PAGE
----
Presented at the 2020 AANS/CNS Joint Section on Disorders of the Spine and Peripheral Nerves
Camilo A. Molina, Frank M. Phillips, Matthew W. Colman, Wilson Z. Ray, Majid Khan, Emanuele Orru’, Kornelis Poelstra, and Larry Khoo
Augmented reality–mediated spine surgery (ARMSS) is a minimally invasive novel technology that has the potential to increase the efficiency, accuracy, and safety of conventional percutaneous pedicle screw insertion methods. Visual 3D spinal anatomical and 2D navigation images are directly projected onto the operator’s retina and superimposed over the surgical field, eliminating field of vision and attention shift to a remote display. The objective of this cadaveric study was to assess the accuracy and precision of percutaneous ARMSS pedicle implant insertion.
Instrumentation was placed in 5 cadaveric torsos via ARMSS with the xvision augmented reality head-mounted display (AR-HMD) platform at levels ranging from T5 to S1 for a total of 113 total implants (93 pedicle screws and 20 Jamshidi needles). Postprocedural CT scans were graded by two independent neuroradiologists using the Gertzbein-Robbins scale (grades A–E) for clinical accuracy. Technical precision was calculated using superimposition analysis employing the Medical Image Interaction Toolkit to yield angular trajectory (°) and linear screw tip (mm) deviation from the virtual pedicle screw position compared with the actual pedicle screw position on postprocedural CT imaging.
The overall implant insertion clinical accuracy achieved was 99.1%. Lumbosacral and thoracic clinical accuracies were 100% and 98.2%, respectively. Specifically, among all implants inserted, 112 were noted to be Gertzbein-Robbins grade A or B (99.12%), with only 1 medial Gertzbein-Robbins grade C breach (> 2-mm pedicle breach) in a thoracic pedicle at T9. Precision analysis of the inserted pedicle screws yielded a mean screw tip linear deviation of 1.98 mm (99% CI 1.74–2.22 mm) and a mean angular error of 1.29° (99% CI 1.11°–1.46°) from the projected trajectory. These data compare favorably with data from existing navigation platforms and regulatory precision requirements mandating that linear and angular deviation be less than 3 mm (p < 0.01) and 3° (p < 0.01), respectively.
Percutaneous ARMSS pedicle implant insertion is a technically feasible, accurate, and highly precise method.
Austin Q. Nguyen, Jackson P. Harvey, Krishn Khanna, Bryce A. Basques, Garrett K. Harada, Frank M. Phillips, Kern Singh, Christopher Dewald, Howard S. An, and Matthew W Colman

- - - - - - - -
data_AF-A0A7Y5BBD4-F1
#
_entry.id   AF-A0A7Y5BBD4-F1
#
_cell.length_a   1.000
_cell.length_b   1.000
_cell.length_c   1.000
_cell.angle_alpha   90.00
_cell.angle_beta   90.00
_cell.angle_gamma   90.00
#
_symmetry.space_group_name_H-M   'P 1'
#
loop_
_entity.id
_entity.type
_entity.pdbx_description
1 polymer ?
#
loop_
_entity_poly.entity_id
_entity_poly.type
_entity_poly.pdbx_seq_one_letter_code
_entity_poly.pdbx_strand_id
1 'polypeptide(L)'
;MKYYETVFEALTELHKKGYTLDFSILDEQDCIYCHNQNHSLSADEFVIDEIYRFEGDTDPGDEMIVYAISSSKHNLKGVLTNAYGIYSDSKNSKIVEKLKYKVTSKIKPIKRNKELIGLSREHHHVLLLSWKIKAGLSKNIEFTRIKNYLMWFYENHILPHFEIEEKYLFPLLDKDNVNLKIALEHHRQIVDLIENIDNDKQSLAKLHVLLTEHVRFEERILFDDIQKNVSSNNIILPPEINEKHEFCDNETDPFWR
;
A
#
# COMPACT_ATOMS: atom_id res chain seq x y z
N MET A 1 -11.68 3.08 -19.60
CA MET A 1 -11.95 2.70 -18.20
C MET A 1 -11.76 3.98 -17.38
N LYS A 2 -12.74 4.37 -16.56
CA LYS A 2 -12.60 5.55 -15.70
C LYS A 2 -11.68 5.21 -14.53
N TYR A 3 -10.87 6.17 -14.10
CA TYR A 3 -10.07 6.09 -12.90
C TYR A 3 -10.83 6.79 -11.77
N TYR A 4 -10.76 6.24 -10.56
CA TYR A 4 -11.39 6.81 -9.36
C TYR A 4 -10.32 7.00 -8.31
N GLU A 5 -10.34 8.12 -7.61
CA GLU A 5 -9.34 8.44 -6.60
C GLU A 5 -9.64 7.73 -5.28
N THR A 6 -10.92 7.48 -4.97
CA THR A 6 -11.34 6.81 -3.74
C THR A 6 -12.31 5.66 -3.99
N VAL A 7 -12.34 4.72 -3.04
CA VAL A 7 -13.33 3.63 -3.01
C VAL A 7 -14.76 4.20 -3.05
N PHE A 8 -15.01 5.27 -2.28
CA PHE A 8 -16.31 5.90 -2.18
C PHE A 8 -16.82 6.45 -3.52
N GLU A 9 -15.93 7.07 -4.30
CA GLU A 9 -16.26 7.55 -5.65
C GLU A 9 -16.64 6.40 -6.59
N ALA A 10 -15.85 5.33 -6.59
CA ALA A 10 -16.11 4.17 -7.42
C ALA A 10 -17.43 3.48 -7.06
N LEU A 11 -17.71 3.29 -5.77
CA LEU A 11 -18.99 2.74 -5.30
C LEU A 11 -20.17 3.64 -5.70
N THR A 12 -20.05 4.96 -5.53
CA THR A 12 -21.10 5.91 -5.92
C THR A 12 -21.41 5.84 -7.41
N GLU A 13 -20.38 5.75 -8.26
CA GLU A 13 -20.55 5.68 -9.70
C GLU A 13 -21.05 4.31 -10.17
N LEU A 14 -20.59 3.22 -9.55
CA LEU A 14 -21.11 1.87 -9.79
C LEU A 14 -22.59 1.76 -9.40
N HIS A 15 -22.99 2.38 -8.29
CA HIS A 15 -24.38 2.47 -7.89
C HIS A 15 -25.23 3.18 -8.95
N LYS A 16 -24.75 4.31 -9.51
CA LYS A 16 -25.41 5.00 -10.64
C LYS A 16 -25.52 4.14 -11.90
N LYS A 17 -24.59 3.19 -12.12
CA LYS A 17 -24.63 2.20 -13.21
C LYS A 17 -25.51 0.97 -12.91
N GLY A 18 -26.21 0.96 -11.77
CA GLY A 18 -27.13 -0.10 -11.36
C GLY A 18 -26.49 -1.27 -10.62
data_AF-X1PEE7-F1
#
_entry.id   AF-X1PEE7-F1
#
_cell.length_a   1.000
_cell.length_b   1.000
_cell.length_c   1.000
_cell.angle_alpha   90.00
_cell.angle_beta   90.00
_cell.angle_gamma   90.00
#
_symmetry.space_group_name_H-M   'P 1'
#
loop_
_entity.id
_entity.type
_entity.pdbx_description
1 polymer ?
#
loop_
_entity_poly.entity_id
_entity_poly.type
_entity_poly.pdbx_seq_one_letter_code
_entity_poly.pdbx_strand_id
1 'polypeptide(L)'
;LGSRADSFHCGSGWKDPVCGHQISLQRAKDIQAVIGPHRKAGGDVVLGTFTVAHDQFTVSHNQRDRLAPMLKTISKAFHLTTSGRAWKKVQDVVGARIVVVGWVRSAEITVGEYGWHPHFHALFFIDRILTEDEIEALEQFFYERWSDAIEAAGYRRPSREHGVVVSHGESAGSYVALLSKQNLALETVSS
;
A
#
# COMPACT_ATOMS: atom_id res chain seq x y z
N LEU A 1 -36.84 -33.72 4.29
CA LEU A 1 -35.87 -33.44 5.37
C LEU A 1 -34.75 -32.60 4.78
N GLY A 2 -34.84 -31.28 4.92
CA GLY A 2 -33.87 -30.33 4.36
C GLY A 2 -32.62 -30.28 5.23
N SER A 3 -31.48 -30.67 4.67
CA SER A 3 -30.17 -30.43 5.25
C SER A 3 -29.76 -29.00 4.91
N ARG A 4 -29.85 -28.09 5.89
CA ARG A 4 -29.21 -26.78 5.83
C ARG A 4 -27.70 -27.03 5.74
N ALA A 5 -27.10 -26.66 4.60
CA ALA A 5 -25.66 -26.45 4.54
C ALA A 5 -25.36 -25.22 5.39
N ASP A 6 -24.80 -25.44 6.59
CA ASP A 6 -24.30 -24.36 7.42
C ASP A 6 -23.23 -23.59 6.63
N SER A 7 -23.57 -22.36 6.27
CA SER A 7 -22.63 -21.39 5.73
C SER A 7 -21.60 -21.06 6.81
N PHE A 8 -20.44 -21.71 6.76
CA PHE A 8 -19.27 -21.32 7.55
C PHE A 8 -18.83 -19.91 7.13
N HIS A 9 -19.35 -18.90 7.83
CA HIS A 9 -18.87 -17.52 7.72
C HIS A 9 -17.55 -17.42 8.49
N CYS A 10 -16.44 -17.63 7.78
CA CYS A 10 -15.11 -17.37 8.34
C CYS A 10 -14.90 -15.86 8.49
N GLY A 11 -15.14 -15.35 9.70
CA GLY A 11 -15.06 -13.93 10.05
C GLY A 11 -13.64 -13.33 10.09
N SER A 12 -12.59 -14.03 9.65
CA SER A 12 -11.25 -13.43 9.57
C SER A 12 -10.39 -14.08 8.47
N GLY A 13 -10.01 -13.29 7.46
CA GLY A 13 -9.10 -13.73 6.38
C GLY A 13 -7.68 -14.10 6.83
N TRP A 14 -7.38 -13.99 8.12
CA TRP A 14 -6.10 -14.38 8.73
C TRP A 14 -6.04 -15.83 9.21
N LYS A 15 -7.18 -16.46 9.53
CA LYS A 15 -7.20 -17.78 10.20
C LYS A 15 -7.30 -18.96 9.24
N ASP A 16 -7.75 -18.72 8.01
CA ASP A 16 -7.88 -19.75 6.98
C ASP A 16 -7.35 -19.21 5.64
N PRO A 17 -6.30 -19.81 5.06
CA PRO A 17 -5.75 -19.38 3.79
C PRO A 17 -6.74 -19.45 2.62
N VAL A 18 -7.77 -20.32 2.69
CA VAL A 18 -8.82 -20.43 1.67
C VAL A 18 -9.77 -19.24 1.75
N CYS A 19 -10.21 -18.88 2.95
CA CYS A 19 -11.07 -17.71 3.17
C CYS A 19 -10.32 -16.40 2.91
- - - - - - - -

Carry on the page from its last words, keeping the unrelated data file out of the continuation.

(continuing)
Anterior lumbar interbody fusion (ALIF) and lateral lumbar interbody fusion (LLIF) are alternative and less invasive techniques to stabilize the spine and indirectly decompress the neural elements compared with open posterior approaches. While reoperation rates have been described for open posterior lumbar surgery, there are sparse data on reoperation rates following these less invasive procedures without direct posterior decompression. This study aimed to evaluate the overall rate, cause, and timing of reoperation procedures following anterior or lateral lumbar interbody fusions without direct posterior decompression.
This was a retrospective cohort study of all consecutive patients indicated for an ALIF or LLIF for lumbar spine at a single academic institution. Patients who underwent concomitant posterior fusion or direct decompression surgeries were excluded. Rates, causes, and timing of reoperations were analyzed. Patients who underwent a revision decompression were matched with patients who did not require a reoperation, and preoperative imaging characteristics were analyzed to assess for risk factors for the reoperation.
The study cohort consisted of 529 patients with an average follow-up of 2.37 years; 40.3% (213/529) and 67.3% (356/529) of patients had a minimum of 2 years and 1 year of follow-up, respectively. The total revision rate was 5.7% (30/529), with same-level revision in 3.8% (20/529) and adjacent-level revision in 1.9% (10/529) of patients. Same-level revision patients had significantly shorter time to revision (7.14 months) than adjacent-level revision patients (31.91 months) (p < 0.0001). Fifty percent of same-level revisions were for a posterior decompression. After further analysis of decompression revisions, an increased preoperative canal area was significantly associated with a lower risk of further decompression revision compared to the control group (p = 0.015; OR 0.977, 95% CI 0.959–0.995).
There was a low reoperation rate after anterior or lateral lumbar interbody fusions without direct posterior decompression. The majority of same-level reoperations were due to a need for further decompression. Smaller preoperative canal diameters were associated with the need for revision decompression.